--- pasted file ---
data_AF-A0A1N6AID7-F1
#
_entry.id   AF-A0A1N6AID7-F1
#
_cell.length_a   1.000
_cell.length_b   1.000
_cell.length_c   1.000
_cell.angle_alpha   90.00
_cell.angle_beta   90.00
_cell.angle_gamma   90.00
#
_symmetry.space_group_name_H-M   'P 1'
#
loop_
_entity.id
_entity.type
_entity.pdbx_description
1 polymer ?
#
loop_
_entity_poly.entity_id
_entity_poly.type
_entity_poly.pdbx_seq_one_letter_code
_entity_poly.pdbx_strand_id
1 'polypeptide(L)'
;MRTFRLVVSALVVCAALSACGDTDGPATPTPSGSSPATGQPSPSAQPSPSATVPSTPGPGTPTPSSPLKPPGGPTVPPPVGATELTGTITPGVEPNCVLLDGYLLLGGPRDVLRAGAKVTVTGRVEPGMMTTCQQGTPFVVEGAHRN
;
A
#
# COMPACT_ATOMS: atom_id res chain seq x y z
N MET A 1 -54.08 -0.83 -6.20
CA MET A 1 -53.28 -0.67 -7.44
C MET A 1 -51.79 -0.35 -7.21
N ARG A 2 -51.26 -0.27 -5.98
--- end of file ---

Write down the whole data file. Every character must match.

data_AF-A0A1N6AID7-F1
#
_entry.id   AF-A0A1N6AID7-F1
#
_cell.length_a   1.000
_cell.length_b   1.000
_cell.length_c   1.000
_cell.angle_alpha   90.00
_cell.angle_beta   90.00
_cell.angle_gamma   90.00
#
_symmetry.space_group_name_H-M   'P 1'
#
loop_
_entity.id
_entity.type
_entity.pdbx_description
1 polymer ?
#
loop_
_entity_poly.entity_id
_entity_poly.type
_entity_poly.pdbx_seq_one_letter_code
_entity_poly.pdbx_strand_id
1 'polypeptide(L)'
;MRTFRLVVSALVVCAALSACGDTDGPATPTPSGSSPATGQPSPSAQPSPSATVPSTPGPGTPTPSSPLKPPGGPTVPPPVGATELTGTITPGVEPNCVLLDGYLLLGGPRDVLRAGAKVTVTGRVEPGMMTTCQQGTPFVVEGAHRN
;
A
#
# COMPACT_ATOMS: atom_id res chain seq x y z
N MET A 1 -54.08 -0.83 -6.20
CA MET A 1 -53.28 -0.67 -7.44
C MET A 1 -51.79 -0.35 -7.21
N ARG A 2 -51.26 -0.27 -5.98